Ace school

with brainly

  • Get help from millions of students
  • Learn from experts with step-by-step explanations
  • Level-up by helping others

A community for students.

Evaluate the Intergal

Mathematics
I got my questions answered at brainly.com in under 10 minutes. Go to brainly.com now for free help!
At vero eos et accusamus et iusto odio dignissimos ducimus qui blanditiis praesentium voluptatum deleniti atque corrupti quos dolores et quas molestias excepturi sint occaecati cupiditate non provident, similique sunt in culpa qui officia deserunt mollitia animi, id est laborum et dolorum fuga. Et harum quidem rerum facilis est et expedita distinctio. Nam libero tempore, cum soluta nobis est eligendi optio cumque nihil impedit quo minus id quod maxime placeat facere possimus, omnis voluptas assumenda est, omnis dolor repellendus. Itaque earum rerum hic tenetur a sapiente delectus, ut aut reiciendis voluptatibus maiores alias consequatur aut perferendis doloribus asperiores repellat.

Join Brainly to access

this expert answer

SEE EXPERT ANSWER

To see the expert answer you'll need to create a free account at Brainly

\[\int\limits\limits_{}^{}\frac{ \arcsin(x) }{ x^2 } dx\]
I have no idea... I am think about trig substitutions but I am not sure about this...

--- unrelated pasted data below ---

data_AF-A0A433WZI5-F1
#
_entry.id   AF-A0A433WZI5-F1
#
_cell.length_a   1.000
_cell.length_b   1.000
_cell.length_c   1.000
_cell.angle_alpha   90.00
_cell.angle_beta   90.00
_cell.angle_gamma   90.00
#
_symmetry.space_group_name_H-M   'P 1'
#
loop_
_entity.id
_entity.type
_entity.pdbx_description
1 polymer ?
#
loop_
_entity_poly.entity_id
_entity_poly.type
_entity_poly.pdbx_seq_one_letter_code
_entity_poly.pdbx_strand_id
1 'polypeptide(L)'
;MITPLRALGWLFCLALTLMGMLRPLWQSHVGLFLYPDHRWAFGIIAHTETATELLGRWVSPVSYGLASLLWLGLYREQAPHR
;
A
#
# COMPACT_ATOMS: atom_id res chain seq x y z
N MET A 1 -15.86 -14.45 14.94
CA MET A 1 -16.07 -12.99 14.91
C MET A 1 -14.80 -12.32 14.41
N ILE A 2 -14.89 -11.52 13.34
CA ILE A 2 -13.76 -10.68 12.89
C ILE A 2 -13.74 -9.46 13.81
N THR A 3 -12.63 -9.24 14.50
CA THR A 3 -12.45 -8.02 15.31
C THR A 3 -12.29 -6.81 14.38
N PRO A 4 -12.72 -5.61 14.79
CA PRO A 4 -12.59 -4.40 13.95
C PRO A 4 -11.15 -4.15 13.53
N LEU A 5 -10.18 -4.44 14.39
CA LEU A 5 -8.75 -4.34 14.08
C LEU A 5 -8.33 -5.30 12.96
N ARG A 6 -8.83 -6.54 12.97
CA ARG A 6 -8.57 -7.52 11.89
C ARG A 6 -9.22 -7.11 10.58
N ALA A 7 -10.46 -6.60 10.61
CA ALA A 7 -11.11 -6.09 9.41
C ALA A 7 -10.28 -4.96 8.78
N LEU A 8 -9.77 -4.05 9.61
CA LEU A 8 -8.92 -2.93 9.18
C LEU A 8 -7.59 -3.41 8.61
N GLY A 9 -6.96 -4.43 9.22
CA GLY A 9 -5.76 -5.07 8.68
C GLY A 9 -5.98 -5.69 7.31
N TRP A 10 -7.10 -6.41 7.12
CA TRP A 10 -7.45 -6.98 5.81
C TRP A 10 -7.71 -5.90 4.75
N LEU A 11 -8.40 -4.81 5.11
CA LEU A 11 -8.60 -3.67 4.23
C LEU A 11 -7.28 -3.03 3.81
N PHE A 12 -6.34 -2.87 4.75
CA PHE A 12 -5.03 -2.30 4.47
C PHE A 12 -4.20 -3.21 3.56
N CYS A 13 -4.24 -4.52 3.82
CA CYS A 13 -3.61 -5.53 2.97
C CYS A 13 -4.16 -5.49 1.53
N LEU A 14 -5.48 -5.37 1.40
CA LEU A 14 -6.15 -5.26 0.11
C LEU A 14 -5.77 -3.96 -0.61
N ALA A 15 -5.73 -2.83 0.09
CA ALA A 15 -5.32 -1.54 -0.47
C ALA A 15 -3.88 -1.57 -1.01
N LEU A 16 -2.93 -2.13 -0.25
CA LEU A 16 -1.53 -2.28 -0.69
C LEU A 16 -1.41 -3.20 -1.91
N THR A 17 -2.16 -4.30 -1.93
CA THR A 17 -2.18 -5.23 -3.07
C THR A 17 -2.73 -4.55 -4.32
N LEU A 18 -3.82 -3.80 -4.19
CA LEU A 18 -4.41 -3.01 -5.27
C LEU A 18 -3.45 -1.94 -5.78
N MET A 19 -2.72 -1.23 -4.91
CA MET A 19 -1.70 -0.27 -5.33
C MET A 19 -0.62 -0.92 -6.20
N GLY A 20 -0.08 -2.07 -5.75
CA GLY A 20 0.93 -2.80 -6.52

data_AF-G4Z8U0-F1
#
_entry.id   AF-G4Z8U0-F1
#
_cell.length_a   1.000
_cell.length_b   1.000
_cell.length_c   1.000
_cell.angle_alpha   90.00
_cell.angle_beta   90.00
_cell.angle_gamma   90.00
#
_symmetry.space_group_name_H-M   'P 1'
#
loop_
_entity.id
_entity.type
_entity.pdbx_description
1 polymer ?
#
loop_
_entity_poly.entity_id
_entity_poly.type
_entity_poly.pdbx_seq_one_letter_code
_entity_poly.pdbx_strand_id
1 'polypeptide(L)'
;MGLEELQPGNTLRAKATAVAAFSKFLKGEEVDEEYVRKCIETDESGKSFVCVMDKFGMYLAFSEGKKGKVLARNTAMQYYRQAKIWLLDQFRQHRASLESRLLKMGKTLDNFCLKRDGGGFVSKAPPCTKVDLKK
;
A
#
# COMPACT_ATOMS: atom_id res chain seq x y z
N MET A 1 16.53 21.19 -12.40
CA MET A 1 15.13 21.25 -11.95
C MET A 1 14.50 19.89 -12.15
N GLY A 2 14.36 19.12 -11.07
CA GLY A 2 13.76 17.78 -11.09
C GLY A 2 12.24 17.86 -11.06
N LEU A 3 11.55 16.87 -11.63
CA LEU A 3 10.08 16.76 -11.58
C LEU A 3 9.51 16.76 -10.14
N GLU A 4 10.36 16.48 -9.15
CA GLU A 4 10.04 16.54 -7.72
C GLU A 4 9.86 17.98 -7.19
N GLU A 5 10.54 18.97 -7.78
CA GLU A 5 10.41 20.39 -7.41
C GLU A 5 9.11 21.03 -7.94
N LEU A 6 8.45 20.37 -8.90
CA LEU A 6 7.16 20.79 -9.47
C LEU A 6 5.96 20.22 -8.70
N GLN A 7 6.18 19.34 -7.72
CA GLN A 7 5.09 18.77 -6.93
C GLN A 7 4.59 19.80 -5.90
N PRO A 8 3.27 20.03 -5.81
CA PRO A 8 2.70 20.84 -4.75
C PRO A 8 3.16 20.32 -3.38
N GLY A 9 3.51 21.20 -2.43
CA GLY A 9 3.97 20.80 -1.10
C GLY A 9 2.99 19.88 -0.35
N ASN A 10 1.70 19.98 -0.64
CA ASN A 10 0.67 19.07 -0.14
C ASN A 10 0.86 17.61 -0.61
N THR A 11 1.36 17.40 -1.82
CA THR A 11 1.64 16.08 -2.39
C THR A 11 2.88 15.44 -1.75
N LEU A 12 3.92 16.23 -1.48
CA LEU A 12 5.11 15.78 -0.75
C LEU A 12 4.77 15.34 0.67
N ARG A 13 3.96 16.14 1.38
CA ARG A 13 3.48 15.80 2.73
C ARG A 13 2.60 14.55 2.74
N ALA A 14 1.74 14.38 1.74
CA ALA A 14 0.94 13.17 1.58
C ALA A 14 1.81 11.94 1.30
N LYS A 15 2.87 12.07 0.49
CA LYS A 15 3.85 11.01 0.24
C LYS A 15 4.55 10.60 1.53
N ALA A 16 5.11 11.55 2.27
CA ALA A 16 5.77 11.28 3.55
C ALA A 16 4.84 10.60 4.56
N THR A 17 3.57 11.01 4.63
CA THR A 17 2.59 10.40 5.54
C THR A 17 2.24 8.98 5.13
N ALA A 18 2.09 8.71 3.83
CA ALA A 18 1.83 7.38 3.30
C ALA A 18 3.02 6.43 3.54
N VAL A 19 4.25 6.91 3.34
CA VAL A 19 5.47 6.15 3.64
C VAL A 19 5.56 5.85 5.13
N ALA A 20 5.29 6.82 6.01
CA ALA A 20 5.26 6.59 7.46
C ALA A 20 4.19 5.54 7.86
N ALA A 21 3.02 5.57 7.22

Not sure either, but what does \(x=\sin(u)\) get you?

Not the answer you are looking for?

Search for more explanations.

Ask your own question

Other answers:

Why would you do that?
I was thinking about trying integration by parts... have you tried that yet? :)
It would get rid of the arcsin.
It's just a guess
Well I was going to make a substitution and then use intergration by parts but I am not sure...
What if I said u=arcsin(x) ?
That's the same as x = sin(u)
Right. But if I said that I would get a squart root and I could use trigonometric substitution.
Allright so I so far got... Use intragtion by parts: u=arcsinx) \[du=\frac{ 1 }{ \sqrt{1-x^2} }\] dv=x^-2 dx v=-x^-1
\[\frac{ -\arcsin(x) }{ x }-\int\limits_{}^{}\frac{ 1 }{ x \sqrt{1-x^2} }dx\]
I am kinda stuck at this point.
First do the substitution $$x=\sin(u)\implies dx=\cos(u)du$$ then $$\int \frac{\arcsin{x}}{x^2}\;dx=\int \frac{u\cos(u)}{\sin^2(u)}\;du=\int u\csc(u)\cot(u)\;du$$ $$\int u\frac{d(-\csc(u))}{du}du$$ do the integration by parts
Hmm let me see...
@BAdhi So I got to this point \[\int\limits_{}^{}ucsc(u)\cot(u) du\]
I would use integration by parts here right?
we know that $$\frac{d\csc(u)}{du}=-\csc(u)\cot(u)$$ then, $$\begin{align*}\int u\csc(u)\cot(u)\,du&=\int u\frac{-d\csc(u)}{du}\,du\\ &=-u\csc(u)+\int \csc(u)\,du \end{align*}$$
Yep I got that far.
Now I need to figure out the integral of csc(x).
Thanks I got this :) .
could use x = sin(u)
Thank you too wio :) .

Not the answer you are looking for?

Search for more explanations.

Ask your own question